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How old is too old for Washington? New poll shows where Americans stand

According to A Pew Research Center report released in January, the median age of the U.S. Senate is about 65 years old.

Published: November 7, 2023 11:00pm

(The Center Square) -

The majority of Americans support age limits for their elected officials in Washington, D.C., according to a new poll.

The Center Square Voters' Voice poll, conducted in conjunction with Noble Predictive Insights, found that 68% of likely voters say there should be an age limit for president, and 63% said the same for U.S. senators and members of the House. The poll found 59% said there should be an age limit for Supreme Court justices as well.

The poll of 2,605 likely voters includes 1,035 Republicans, 1,074 Democrats, and 496 true Independents, and is among the most comprehensive in the country. It comes as the frontrunner presidential candidates for both Republicans and Democrats would be in their 80s when they theoretically leave the White House at the end of the next term, in 2028. Notably, the poll showed that most of those surveyed said the age limit should come well before an official hits 80 years of age.

The poll found that 38% of likely voters said the age limit should be somewhere in between 70 and 80 years of age with only 3% putting the cutoff above 80 years old.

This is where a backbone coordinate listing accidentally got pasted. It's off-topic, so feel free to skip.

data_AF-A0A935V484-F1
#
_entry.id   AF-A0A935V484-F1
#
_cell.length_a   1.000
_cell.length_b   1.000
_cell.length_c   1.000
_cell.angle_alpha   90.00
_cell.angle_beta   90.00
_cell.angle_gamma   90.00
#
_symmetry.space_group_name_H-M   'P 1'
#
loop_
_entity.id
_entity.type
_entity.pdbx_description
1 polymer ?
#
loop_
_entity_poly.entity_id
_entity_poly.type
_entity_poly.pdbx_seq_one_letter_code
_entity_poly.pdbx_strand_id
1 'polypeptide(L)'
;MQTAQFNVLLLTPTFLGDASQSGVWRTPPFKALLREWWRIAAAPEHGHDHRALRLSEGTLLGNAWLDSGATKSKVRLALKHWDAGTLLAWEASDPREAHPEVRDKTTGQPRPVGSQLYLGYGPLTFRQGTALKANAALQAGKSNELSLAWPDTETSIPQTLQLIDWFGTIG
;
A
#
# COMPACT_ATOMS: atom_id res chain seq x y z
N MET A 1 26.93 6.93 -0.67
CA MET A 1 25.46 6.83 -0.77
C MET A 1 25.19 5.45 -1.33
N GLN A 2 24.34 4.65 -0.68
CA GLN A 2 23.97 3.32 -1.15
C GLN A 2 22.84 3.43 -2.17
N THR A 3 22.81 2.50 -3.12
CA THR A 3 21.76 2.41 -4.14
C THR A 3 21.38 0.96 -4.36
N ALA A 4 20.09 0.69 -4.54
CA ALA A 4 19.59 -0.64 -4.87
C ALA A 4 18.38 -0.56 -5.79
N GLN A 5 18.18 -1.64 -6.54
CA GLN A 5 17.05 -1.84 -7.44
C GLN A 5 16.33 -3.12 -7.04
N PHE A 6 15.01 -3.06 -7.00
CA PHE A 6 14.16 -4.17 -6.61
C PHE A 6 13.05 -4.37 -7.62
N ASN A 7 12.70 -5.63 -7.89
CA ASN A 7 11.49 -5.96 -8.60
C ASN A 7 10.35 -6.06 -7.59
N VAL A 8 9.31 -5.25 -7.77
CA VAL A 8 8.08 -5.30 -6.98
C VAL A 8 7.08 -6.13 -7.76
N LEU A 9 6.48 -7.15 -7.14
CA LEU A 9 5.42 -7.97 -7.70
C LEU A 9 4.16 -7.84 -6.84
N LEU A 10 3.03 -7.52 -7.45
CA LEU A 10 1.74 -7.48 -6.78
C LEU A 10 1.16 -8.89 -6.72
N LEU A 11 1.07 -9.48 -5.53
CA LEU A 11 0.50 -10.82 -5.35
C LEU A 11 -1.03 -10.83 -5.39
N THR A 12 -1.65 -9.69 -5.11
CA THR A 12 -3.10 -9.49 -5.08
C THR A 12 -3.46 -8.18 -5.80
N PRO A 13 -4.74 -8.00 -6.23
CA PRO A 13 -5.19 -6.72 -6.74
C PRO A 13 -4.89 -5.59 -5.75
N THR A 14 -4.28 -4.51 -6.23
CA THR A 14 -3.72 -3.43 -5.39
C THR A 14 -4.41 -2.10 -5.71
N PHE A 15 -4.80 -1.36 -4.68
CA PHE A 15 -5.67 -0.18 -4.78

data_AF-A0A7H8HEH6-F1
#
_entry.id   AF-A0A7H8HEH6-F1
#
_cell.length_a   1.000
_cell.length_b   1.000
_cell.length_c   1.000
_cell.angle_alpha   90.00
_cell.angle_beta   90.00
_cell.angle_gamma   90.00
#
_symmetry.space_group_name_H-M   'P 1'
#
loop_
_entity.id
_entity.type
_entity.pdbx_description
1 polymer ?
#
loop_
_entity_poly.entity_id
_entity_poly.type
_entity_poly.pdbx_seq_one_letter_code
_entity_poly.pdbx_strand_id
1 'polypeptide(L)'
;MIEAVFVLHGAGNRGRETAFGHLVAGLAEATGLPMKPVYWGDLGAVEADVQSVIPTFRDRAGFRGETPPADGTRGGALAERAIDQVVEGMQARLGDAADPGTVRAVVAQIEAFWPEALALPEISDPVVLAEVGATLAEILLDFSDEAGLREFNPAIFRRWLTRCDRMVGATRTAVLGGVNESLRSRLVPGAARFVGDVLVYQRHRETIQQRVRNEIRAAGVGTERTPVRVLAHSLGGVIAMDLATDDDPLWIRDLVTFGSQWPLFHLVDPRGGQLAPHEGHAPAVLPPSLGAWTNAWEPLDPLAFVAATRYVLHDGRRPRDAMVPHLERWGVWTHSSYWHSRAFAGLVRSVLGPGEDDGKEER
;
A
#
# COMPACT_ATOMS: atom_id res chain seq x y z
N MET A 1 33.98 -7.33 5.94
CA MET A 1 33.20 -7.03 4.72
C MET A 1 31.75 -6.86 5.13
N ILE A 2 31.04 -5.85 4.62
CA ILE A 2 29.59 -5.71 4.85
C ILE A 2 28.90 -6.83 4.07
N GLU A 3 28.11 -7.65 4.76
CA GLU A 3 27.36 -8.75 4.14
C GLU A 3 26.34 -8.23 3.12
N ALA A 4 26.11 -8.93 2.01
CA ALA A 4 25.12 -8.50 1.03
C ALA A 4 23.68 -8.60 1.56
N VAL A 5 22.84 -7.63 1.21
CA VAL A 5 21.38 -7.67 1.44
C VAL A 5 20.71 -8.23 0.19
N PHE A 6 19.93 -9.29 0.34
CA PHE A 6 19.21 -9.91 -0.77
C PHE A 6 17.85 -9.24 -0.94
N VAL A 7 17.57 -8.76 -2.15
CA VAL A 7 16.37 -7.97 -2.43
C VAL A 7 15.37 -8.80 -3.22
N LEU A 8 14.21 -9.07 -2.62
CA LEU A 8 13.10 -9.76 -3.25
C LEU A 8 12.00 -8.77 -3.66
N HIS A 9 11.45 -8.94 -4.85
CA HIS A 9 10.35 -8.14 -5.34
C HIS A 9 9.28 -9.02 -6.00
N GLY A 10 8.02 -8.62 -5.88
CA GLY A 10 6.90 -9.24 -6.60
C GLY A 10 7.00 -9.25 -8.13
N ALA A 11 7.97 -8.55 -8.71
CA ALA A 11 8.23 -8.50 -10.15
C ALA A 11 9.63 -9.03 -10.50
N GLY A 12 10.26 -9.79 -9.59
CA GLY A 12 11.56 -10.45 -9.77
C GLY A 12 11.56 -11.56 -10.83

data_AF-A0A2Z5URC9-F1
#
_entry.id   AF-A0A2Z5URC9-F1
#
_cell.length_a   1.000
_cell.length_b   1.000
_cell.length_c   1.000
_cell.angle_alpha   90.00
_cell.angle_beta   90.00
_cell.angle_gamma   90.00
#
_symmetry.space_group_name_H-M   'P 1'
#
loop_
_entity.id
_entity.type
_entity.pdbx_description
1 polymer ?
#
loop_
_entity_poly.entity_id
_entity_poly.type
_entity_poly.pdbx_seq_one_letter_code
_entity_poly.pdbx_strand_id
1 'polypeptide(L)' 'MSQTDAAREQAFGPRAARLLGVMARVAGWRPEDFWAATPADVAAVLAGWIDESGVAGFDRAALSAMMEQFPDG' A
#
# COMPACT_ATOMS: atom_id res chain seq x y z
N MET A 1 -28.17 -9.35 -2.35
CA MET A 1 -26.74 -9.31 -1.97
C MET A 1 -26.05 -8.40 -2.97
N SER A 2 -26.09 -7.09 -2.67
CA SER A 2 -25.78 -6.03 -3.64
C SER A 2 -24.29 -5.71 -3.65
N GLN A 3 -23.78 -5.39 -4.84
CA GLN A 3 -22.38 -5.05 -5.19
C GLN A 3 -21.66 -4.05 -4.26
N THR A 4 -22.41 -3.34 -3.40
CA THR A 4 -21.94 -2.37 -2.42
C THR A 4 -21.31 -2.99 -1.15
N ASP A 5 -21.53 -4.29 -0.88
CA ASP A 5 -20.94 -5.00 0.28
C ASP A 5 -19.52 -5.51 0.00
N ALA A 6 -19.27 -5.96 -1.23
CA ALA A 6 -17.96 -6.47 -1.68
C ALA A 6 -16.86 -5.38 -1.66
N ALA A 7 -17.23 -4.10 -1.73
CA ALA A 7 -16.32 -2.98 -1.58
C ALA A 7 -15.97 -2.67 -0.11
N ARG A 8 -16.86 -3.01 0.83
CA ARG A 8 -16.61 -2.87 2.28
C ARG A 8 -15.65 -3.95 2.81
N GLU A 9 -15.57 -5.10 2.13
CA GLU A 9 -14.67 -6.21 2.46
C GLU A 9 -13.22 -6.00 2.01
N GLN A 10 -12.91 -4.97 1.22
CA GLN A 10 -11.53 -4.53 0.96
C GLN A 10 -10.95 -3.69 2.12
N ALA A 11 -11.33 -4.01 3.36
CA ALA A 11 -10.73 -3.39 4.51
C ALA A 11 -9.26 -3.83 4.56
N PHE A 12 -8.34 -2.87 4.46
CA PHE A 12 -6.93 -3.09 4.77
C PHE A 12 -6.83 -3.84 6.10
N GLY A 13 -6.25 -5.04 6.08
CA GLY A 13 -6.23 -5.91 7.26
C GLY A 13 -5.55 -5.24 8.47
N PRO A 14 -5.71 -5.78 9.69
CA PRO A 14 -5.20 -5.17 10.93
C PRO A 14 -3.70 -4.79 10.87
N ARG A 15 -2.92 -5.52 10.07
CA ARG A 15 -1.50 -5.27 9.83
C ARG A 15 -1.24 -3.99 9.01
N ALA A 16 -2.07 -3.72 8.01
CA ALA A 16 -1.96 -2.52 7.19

A similar percentage, 39% of likely voters, said the age limit for those offices should be between 60 and 70 years old, which means a significant majority of Americans support an age limit, with many supporting age limits that would disqualify dozens of current officials – and prevent President Joe Biden and former President Donald Trump from running again in 2024.

According to A Pew Research Center report released in January, the median age of the U.S. Senate is about 65 years old. It's about 58 years old in the U.S. House of Representatives.

Trump, who has more support in the Republican presidential primary than all his challengers combined, is 77 years old. Biden is 80 years old and has no major opponent in the Democratic primary.

Biden's age in particular has been a focal point after a series of flubs during speeches and moments where he seems unsure where to go after speaking. He often loses track of what he is saying and confuses key facts.

“Voters have eyes, and they have made their own assessment about whether President Joe Biden is up for the world’s most demanding job, and the answer is a resounding no,” Colin Reed, a Republican strategist, former campaign manager for U.S. Sen. Scott Brown, R-Mass., and co-founder of South and Hill Strategies, told The Center Square. “When pressed, Biden’s only answer has been ‘watch me,’ and that’s the trouble: voters have been watching Biden trip on stairs and falling off his bike.”

Some within the Democratic party have called for a younger replacement for Biden in next year's election, but removing an incumbent is difficult and could be politically detrimental. If Biden’s health changed, though, Democrats could mount a last-minute effort for a younger replacement.

“The world is an uncertain place right now, and during challenging times, voters look for strength and stability,” Reed said. “That’s not what they’re seeing from President Biden.”

The poll was conducted by Noble Predictive Insights from Oct. 20-26 and has a margin of error of 1.92%.

The poll weighted each party – Republicans, Democrats, and True Independents – independently, according to Noble Predictive. That means that the Republican subsample is weighted so it matches the national Republican population, and the same is true for Democrats and True Independents.

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